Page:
The second assessment area is behaviors in the workplace. As mentioned earlier, the ideal assessment involves the candidate, as well as someone who has first-hand knowledge of the candidate’s behavior in the workplace. This person can be a peer, subordinate, supervisor, or a client. The assessment has the candidate and the rater apply scores to a number of key performance indicators across the project management process areas. There is a dual focus to this assessment: confirmation of behaviors and analysis of competency. The analysis of this assessment looks for significant gaps between the candidate and rater. These gaps are created either by the candidate rating themselves higher than the rater or the candidate rating themselves lower than the rater. When there is little or no gap found, the important thing to review is the level of agreement. Both the candidate and rater could agree on the level of performance but in reality, that level may be less than the desired level. In that case, the organization has an opportunity for developmental actions if required. The following table is an example of a behavioral assessment.
Exhibit 3: Example of a Behavioral Assessment report.
The final area of assessment is the most difficult and sensitive to determine: the potential to be successful in the stressful role of project manager. Potential is an elusive quality that can be difficult to ascertain. Nonetheless, there are identifiable traits that contribute to the success of an individual in this role. Traits such as flexibility, adaptability, organizational skills, personal time management, and conflict management can be measured in order to determine the strength of an individual. Because projects come in many sizes and complexities, some individuals may thrive in an environment where they have the autonomy to run small, standard projects yet struggle when they are given a larger, more complex project. For an organization to effectively manage their projects, they need to know which project managers thrive under which conditions.
The real value of these assessments is learned by aggregating the results of all three assessment areas (knowledge, behavior, and potential), and using the output reports to develop a comprehensive view of their project manager population. A possible output could be that the candidate has adequate knowledge, poor execution behaviors, and solid potential. Using the combined information, the organization can determine where the gap really exists. It may be a matter of education, adding a mentoring relationship, or providing more directed experiences to improve performance. Another possible scenario is that the candidate has high knowledge, poor performance, and low potential. Analysis of this situation may determine that the candidate may be best suited to a specific role in the project management area, such as a planner, scheduler, or business analyst rather than a project manager. Using these assessments together allows the organization to more effectively develop and deliver targeted professional development interventions for their project management population.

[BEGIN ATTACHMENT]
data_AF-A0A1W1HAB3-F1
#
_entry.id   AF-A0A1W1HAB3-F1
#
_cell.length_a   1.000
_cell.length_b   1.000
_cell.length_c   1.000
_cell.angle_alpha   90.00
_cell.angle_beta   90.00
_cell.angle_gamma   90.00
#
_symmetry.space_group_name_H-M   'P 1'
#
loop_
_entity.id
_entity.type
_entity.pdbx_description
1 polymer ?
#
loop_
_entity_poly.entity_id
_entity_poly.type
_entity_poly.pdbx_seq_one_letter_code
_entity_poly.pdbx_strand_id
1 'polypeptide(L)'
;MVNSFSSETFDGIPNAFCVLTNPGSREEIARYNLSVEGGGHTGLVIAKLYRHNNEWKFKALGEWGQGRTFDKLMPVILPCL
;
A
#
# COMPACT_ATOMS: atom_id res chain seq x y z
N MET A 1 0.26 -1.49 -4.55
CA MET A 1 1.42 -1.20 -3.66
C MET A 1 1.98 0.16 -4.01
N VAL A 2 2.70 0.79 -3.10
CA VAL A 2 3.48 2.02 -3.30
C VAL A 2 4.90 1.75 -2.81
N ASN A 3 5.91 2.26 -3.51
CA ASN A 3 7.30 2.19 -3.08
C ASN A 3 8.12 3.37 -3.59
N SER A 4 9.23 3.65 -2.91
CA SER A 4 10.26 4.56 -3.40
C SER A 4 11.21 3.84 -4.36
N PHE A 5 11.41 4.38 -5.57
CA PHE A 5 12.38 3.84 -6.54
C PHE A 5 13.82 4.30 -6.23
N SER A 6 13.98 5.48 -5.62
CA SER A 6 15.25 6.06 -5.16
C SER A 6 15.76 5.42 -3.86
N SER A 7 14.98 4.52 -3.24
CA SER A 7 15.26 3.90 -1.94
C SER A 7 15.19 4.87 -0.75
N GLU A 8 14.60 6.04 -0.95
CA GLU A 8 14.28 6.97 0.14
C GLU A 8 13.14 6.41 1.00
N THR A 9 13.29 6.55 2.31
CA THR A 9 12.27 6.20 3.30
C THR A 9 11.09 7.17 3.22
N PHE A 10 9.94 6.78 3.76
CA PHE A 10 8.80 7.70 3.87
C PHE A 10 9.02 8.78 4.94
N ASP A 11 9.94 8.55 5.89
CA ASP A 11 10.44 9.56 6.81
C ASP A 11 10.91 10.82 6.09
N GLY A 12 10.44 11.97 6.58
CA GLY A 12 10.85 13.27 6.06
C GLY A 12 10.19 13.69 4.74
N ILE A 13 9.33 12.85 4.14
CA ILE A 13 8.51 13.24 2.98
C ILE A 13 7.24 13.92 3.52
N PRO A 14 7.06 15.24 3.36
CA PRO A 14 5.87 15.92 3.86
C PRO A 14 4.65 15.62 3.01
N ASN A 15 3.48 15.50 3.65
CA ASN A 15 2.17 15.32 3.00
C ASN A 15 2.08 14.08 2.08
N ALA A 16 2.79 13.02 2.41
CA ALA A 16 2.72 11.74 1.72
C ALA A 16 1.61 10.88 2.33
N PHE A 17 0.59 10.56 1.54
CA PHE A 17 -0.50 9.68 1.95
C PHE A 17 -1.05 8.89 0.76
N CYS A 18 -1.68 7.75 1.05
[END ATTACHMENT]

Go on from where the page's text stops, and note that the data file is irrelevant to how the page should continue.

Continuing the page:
Project management as a practice offers an impressive set of tools for an organization to more effectively manage their resources, both human and capital. A professional development program that incorporates the best practices of using these tools effectively contributes to improved competency. Organizations that recognize and align their resources to thrive in different types of project environments will see improvements in overall project performance. Focusing on building project manager competencies means first identifying what needs to be improved. To do this requires a comprehensive project manager competency assessment program that analyzes knowledge, behaviors, and potential. The results of this type of individual assessment will help organizations begin to harness the power of their project managers’ skills and abilities and enable them to focus training where it’s most needed. Matching project manager skills with the types of projects they are prepared to handle will result in more effective project execution, and subsequently better organizational performance.
Covey, Steven, (1997) Habits of Highly Effective People, NY, New York: Simon and Schuster, ,
Pennypacker, Jim, (2004) Value of Project Management Training, Havertown, PA: Center for Business Practices,
PMI (2004) A Guide to the Project Management Body of Knowledge (PMBOK® Guide). Newtown Square, PA: Project Management Institute
©2007 Jimmie L. West, Ph.D., Michael Plumeri, Ph.D.
Originally published as a part of 2007 PMI Global Congress Proceedings - Seattle